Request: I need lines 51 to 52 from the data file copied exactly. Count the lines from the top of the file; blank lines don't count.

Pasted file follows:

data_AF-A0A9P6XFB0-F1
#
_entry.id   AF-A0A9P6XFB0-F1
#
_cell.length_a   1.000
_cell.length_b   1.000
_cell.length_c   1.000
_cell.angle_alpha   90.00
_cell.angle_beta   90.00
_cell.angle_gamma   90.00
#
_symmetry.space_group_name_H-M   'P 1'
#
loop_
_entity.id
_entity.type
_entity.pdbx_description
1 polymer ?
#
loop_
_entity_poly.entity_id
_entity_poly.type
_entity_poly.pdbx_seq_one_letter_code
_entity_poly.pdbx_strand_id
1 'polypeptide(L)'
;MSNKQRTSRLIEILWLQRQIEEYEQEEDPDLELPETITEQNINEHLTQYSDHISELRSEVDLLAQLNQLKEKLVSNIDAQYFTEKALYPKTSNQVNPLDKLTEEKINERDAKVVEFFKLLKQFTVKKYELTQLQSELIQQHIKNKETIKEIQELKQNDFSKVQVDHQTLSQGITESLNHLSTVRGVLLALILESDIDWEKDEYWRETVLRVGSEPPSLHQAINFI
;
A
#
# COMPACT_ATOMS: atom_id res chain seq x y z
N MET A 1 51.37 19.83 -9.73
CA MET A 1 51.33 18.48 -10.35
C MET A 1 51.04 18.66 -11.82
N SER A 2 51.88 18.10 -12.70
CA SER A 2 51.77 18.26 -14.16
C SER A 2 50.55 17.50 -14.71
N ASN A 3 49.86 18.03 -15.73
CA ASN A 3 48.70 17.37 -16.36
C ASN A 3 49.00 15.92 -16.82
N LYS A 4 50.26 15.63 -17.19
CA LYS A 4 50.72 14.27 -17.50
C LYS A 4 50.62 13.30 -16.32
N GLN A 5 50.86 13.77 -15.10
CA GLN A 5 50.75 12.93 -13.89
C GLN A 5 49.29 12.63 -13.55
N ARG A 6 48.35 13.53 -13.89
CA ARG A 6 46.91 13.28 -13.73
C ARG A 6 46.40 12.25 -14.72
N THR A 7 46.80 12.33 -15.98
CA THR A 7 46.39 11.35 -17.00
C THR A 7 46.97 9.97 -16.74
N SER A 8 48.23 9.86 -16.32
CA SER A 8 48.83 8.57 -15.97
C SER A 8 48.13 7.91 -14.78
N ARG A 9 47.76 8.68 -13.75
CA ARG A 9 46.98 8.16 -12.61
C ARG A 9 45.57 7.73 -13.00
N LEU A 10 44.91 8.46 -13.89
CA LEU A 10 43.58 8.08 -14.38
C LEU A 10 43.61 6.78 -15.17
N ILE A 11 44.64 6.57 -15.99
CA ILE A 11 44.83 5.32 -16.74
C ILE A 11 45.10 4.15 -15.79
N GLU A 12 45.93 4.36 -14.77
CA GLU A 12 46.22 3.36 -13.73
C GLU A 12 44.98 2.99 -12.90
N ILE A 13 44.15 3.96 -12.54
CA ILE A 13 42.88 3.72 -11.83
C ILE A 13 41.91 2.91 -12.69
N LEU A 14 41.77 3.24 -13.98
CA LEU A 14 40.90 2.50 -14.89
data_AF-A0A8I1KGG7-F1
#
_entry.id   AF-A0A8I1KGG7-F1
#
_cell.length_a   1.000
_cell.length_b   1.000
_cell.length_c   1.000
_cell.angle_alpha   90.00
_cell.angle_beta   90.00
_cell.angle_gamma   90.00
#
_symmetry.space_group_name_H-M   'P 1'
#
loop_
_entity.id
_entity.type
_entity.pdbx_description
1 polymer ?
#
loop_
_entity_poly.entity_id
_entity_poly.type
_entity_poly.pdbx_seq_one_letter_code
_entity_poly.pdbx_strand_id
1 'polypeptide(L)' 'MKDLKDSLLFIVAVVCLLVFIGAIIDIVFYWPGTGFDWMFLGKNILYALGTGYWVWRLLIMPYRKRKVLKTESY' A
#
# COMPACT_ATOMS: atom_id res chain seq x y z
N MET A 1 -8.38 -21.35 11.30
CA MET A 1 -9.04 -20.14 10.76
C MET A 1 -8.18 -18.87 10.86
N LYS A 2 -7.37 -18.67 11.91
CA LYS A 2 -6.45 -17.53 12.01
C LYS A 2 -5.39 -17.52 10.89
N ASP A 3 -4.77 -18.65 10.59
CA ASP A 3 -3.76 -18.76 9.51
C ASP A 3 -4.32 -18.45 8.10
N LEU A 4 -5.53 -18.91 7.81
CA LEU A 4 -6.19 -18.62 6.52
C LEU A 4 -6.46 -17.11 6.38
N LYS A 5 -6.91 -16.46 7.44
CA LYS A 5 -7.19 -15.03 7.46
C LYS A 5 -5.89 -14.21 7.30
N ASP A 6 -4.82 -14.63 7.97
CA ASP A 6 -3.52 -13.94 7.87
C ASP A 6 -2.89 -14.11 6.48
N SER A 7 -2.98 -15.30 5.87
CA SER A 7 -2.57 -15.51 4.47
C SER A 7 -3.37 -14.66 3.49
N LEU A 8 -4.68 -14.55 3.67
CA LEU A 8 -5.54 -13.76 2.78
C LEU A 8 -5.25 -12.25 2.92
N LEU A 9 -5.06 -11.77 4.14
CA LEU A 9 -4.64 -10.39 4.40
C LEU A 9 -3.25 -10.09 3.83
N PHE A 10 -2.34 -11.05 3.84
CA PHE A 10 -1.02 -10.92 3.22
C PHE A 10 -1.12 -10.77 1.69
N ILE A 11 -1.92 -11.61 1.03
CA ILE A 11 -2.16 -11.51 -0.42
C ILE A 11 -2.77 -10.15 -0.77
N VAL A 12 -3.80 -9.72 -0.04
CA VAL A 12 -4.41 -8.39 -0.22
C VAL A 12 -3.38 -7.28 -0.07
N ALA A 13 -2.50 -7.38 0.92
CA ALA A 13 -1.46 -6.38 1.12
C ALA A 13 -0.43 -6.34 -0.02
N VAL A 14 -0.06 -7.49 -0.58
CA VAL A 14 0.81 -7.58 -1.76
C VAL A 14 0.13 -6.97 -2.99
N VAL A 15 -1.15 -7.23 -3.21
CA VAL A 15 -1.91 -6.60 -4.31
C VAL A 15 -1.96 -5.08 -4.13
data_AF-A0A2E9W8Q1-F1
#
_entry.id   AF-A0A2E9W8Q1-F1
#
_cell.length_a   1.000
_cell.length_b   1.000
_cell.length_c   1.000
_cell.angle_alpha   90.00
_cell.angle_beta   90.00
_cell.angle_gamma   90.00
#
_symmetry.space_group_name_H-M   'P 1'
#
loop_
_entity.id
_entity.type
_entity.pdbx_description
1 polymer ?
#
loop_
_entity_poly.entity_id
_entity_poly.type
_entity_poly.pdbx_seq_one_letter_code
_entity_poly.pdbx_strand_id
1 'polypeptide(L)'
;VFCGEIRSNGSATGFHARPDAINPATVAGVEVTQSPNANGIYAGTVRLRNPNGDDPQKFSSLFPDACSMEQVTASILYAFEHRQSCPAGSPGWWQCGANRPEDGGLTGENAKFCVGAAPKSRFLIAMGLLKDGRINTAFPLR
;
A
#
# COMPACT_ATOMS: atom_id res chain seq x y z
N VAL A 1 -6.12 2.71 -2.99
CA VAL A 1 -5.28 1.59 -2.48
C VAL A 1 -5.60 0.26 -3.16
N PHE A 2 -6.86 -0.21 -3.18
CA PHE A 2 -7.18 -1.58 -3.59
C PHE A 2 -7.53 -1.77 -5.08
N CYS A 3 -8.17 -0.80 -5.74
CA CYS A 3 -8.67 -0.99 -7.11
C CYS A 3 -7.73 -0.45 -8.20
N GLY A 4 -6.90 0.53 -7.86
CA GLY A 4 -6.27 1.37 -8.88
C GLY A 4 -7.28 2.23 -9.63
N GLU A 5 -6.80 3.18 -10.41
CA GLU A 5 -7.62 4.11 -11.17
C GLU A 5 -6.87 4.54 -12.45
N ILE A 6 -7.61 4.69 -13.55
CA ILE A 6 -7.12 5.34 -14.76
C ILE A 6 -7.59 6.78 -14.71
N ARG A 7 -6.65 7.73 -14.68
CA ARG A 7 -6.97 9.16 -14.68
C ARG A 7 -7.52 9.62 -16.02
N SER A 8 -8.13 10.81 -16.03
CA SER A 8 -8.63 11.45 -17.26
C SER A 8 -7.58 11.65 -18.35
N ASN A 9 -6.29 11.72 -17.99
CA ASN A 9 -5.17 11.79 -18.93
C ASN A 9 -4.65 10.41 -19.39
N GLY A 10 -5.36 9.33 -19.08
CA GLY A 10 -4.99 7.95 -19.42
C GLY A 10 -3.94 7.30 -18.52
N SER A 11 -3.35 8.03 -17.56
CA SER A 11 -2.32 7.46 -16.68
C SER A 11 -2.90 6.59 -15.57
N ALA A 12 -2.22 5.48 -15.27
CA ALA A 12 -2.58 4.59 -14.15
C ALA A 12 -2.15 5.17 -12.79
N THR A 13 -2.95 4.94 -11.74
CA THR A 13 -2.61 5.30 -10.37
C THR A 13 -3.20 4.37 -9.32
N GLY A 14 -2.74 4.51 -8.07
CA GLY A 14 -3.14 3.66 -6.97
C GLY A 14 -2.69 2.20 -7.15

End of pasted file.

C THR A 7 46.97 9.97 -16.74
N SER A 8 48.23 9.86 -16.32